Opening last year’s Conference, Conservative Party Chairman Lord Feldman acknowledged the visible anti-Tory presence on the streets of Manchester. “We may have a majority in Parliament” he said, “but what about those who didn’t vote for us? And what about those who did not vote at all?” Feldman was acknowledging the need for the Conservatives to attract a more diverse membership. Wider engagement was needed – engagement akin to the review into the issue that he launched following the General Election which, he noted, had managed to connect with 60,000 people.
There was a significant caveat however. Who were the 60,000 people involved in this review into the future of the party? They were the very white, very male and very, very male party membership that Feldman admitted needed diversifying thus rendering the process narrow, at best. Naval-gazing exercises such as these that sum up why so many people remain disengaged with politics. It demonstrates that there is significant room for improvement when it comes to politicians and parties communicating and engaging with the wider electorate.
Perhaps it’s worth clarifying what I mean by engagement. Political engagement for the individual doesn’t end at sending a few tweets or reading the papers. It doesn’t even necessarily mean voting. As this ad from the Electoral Commission explains, political engagement is about knowing that politics affects just about everything, the arguments involved and how you can help change things.
Young people are regularly bracketed within the ‘disengaged’ masses. In the run up to the last General Election it was fashionable for politicians and columnists to suggest that young people were uninterested and disengaged. This wasn’t the case then and isn’t the case now.
I know this to be true because I meet engaged young people all the time. In fact, it’s the main reason I helped found YoungThoughts.org to give young people a voice about the issues that matter to them and prove that we, as a generation, are engaged. As the success of this site proves, it turns out, when given the platform and opportunity to do so, young people are eager to do just this.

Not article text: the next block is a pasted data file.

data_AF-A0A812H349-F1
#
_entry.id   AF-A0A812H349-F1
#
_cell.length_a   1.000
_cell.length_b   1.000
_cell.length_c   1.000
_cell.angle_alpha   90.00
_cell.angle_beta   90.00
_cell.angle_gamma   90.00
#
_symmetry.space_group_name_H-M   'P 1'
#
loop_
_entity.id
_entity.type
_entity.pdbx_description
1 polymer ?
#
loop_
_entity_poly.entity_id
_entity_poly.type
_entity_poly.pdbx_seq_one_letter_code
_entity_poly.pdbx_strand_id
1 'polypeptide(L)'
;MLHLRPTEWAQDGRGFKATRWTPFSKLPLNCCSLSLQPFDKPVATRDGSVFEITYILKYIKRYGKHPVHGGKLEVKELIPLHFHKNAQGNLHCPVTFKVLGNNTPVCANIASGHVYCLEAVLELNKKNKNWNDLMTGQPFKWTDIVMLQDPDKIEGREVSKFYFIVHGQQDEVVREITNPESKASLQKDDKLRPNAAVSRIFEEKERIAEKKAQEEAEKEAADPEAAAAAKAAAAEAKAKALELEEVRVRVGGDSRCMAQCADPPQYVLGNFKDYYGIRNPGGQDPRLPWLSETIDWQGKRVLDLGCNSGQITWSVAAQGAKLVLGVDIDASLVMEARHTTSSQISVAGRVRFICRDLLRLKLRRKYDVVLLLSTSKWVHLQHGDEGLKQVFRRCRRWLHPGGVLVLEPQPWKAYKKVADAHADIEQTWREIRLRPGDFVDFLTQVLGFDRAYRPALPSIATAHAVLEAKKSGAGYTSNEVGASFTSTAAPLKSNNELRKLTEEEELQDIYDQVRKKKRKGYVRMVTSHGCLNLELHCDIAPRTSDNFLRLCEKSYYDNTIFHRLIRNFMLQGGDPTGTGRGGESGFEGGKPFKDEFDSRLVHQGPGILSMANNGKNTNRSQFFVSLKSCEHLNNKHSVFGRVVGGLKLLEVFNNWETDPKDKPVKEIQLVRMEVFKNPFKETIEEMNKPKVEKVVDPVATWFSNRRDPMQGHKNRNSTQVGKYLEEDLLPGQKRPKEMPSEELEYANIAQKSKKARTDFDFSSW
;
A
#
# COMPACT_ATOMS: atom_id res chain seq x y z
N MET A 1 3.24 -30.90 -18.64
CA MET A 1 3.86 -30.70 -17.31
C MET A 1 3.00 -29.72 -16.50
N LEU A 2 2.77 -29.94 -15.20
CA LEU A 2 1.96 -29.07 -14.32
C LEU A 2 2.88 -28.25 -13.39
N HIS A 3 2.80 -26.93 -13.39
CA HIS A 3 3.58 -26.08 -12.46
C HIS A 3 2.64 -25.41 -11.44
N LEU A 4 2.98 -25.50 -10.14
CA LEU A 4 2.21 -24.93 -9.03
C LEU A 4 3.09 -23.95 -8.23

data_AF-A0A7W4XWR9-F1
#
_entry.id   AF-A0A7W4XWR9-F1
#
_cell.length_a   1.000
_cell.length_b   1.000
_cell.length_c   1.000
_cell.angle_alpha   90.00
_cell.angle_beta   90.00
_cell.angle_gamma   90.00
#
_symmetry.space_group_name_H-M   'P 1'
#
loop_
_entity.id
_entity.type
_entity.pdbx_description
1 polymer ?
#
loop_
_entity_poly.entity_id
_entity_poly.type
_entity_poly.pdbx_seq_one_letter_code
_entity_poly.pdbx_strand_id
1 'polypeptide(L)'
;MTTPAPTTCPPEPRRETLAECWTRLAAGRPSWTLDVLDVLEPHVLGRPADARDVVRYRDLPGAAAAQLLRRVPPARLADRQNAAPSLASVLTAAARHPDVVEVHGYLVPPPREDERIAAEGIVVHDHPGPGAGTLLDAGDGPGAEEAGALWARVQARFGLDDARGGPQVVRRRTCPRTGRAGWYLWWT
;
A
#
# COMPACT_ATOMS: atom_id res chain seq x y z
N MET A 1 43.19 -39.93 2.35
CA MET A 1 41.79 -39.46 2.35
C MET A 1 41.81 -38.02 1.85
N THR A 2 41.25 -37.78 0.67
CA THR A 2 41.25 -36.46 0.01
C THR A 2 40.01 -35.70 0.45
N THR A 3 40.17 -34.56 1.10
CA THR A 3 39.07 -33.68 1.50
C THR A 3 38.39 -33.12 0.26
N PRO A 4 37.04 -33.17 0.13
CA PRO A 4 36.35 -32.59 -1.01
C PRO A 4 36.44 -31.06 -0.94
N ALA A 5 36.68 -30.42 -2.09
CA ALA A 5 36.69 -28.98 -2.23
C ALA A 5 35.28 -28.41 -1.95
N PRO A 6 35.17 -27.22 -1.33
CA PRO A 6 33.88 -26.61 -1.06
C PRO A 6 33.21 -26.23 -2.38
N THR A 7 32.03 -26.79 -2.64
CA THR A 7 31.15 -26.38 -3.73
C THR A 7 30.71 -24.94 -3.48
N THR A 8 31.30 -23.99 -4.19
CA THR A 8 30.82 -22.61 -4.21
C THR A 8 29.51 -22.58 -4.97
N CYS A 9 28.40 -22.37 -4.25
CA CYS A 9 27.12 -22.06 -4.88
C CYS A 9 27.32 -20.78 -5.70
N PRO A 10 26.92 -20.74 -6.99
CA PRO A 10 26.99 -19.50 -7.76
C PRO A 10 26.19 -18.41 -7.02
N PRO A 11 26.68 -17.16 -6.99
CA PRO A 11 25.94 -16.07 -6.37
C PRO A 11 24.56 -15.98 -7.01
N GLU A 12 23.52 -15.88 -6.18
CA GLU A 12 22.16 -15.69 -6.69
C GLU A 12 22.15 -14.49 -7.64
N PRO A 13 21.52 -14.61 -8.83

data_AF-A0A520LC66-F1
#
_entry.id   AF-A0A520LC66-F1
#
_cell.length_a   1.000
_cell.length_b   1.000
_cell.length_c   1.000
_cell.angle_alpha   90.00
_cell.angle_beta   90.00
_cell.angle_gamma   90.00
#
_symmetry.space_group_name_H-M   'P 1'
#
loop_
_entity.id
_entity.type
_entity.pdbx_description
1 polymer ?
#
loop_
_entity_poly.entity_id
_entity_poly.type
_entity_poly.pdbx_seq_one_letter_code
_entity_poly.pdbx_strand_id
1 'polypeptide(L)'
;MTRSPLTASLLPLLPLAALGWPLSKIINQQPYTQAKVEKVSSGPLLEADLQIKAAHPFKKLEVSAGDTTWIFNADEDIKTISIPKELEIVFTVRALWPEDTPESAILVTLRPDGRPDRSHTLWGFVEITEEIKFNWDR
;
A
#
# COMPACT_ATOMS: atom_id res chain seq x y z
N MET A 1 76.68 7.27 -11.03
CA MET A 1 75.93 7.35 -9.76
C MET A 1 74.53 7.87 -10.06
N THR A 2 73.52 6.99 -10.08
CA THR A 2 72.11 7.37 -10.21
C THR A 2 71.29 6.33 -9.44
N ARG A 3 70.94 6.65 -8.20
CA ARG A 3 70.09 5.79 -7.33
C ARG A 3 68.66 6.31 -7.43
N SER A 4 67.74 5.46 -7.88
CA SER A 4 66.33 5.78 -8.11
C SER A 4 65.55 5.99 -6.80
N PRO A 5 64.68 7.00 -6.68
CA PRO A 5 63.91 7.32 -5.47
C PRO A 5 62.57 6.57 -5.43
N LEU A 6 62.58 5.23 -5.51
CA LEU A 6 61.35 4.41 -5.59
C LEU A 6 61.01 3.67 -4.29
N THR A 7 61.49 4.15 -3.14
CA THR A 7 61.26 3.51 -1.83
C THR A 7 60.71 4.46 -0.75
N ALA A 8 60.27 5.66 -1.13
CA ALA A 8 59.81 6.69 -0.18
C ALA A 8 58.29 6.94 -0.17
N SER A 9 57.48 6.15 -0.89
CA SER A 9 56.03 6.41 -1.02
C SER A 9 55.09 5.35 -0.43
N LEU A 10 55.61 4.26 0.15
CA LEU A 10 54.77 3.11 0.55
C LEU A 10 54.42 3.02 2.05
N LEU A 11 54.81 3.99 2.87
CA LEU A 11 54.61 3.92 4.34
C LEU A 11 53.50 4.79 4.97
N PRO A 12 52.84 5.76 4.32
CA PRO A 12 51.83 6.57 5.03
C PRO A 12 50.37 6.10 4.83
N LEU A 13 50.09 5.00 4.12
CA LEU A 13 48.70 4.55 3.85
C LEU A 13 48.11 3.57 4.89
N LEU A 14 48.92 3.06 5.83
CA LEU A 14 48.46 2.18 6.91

But more important here is the common thread that comes up almost every time I speak to young people. Whether it’s those who have voted or those who make nuanced cases as to why they shouldn’t, almost every young person I meet tells me that most politicians don’t care about them or the issues they care about. There is a grudging acceptance that ours’ will be the generation that pays more for our education, earns less and pays the price to fix the now-outdated intergenerational contract that currently props up the welfare state in favour of the elderly. What instigates anger is when this is taken for granted by older generations; when university fees rise but the triple-lock on pensions remains in place; when rents continually rise and those pensioners who own property get ‘Freedom Passes’; when we are labelled lazy and unambitious by politicians looking to secure the more dependable votes from older generations.
Arguably, in the same way a disconnect between politicians and voters about immigration spurred on UKIP, the Green Party and Jeremy Corbyn’s leadership have capitalised on the disenchantment of the young in society. While he may not have the support of his MPs or, in fact, be an effective opposition leader, Jeremy Corbyn does at least attempt to listen and respond to the issues that young people care about: housing, higher education and skills and the environment. Moreover, he does it in a way that involves them. That’s why he’s loved so much.
Perhaps politicians can learn from Corbyn. Of course, that doesn’t mean offering pipe-dreams like world peace, but it does mean actually having a discussion on issues that affect young people. If a politician doesn’t think universal higher education is a practical idea then they should both be able and willing to explain why this is the case rather than avoiding the subject with soundbites and pre-rehearsed lines.
They say history is written by those who show up. As we know from pensions policy, the same applies to politics. It’s easy to argue that if young people want to become a political force they need to show up and vote, however this misses the point. With an ever aging population the ability of young people to make their voice heard will continue to be drowned out regardless of whether they show up. So what to do? To effect real change political parties must recognise their duty to engage young people and keep them engaged for life. Becoming politically engaged only when one reaches adulthood inevitably slashes the chances of that individual voting for policies that help young people. The cycle must be broken now – not just for the sake of young people now and in the future, but for our democracy also.
James Thomas Bonner
Follow James – @JamesTBonner